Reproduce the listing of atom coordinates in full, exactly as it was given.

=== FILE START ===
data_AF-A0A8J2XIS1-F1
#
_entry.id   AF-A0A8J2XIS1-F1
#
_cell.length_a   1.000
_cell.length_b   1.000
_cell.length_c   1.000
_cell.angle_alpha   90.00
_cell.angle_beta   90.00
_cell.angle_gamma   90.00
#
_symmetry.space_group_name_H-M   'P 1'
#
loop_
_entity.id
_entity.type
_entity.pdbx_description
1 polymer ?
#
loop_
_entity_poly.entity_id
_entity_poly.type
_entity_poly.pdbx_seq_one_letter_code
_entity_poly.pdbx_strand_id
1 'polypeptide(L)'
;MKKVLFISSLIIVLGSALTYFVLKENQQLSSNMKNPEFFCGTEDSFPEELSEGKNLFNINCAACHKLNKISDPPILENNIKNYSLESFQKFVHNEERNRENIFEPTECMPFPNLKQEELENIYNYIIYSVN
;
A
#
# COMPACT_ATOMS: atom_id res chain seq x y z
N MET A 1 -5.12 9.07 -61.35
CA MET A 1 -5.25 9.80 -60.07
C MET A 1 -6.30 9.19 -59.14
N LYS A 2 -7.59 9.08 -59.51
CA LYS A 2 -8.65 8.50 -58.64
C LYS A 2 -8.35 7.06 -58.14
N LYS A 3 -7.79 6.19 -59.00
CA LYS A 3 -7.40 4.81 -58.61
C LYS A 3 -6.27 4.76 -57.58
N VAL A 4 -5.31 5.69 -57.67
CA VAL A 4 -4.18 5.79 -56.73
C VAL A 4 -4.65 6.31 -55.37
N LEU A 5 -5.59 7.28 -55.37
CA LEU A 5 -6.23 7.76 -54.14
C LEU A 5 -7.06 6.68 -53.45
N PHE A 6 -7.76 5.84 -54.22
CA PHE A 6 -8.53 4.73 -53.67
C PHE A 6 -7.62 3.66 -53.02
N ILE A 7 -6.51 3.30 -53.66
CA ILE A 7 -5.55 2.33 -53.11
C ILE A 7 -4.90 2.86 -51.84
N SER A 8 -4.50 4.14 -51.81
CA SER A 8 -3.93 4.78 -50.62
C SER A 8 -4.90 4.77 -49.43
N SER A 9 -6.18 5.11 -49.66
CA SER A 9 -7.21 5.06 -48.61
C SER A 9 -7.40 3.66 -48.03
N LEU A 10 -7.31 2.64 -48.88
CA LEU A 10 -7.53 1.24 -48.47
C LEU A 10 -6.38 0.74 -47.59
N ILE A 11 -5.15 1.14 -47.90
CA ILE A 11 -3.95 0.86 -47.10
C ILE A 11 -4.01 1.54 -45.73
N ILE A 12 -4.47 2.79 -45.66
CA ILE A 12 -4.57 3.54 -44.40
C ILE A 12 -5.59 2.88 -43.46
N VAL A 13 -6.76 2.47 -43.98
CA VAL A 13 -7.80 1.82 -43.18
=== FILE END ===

data_AF-A0A8J2XIS1-F1
#
_entry.id   AF-A0A8J2XIS1-F1
#
_cell.length_a   1.000
_cell.length_b   1.000
_cell.length_c   1.000
_cell.angle_alpha   90.00
_cell.angle_beta   90.00
_cell.angle_gamma   90.00
#
_symmetry.space_group_name_H-M   'P 1'
#
loop_
_entity.id
_entity.type
_entity.pdbx_description
1 polymer ?
#
loop_
_entity_poly.entity_id
_entity_poly.type
_entity_poly.pdbx_seq_one_letter_code
_entity_poly.pdbx_strand_id
1 'polypeptide(L)'
;MKKVLFISSLIIVLGSALTYFVLKENQQLSSNMKNPEFFCGTEDSFPEELSEGKNLFNINCAACHKLNKISDPPILENNIKNYSLESFQKFVHNEERNRENIFEPTECMPFPNLKQEELENIYNYIIYSVN
;
A
#
# COMPACT_ATOMS: atom_id res chain seq x y z
N MET A 1 -5.12 9.07 -61.35
CA MET A 1 -5.25 9.80 -60.07
C MET A 1 -6.30 9.19 -59.14
N LYS A 2 -7.59 9.08 -59.51
CA LYS A 2 -8.65 8.50 -58.64
C LYS A 2 -8.35 7.06 -58.14
N LYS A 3 -7.79 6.19 -59.00
CA LYS A 3 -7.40 4.81 -58.61
C LYS A 3 -6.27 4.76 -57.58
N VAL A 4 -5.31 5.69 -57.67
CA VAL A 4 -4.18 5.79 -56.73
C VAL A 4 -4.65 6.31 -55.37
N LEU A 5 -5.59 7.28 -55.37
CA LEU A 5 -6.23 7.76 -54.14
C LEU A 5 -7.06 6.68 -53.45
N PHE A 6 -7.76 5.84 -54.22
CA PHE A 6 -8.53 4.73 -53.67
C PHE A 6 -7.62 3.66 -53.02
N ILE A 7 -6.51 3.30 -53.66
CA ILE A 7 -5.55 2.33 -53.11
C ILE A 7 -4.90 2.86 -51.84
N SER A 8 -4.50 4.14 -51.81
CA SER A 8 -3.93 4.78 -50.62
C SER A 8 -4.90 4.77 -49.43
N SER A 9 -6.18 5.11 -49.66
CA SER A 9 -7.21 5.06 -48.61
C SER A 9 -7.40 3.66 -48.03
N LEU A 10 -7.31 2.64 -48.88
CA LEU A 10 -7.53 1.24 -48.47
C LEU A 10 -6.38 0.74 -47.59
N ILE A 11 -5.15 1.14 -47.90
CA ILE A 11 -3.95 0.86 -47.10
C ILE A 11 -4.01 1.54 -45.73
N ILE A 12 -4.47 2.79 -45.66
CA ILE A 12 -4.57 3.54 -44.40
C ILE A 12 -5.59 2.88 -43.46
N VAL A 13 -6.76 2.47 -43.98
CA VAL A 13 -7.80 1.82 -43.18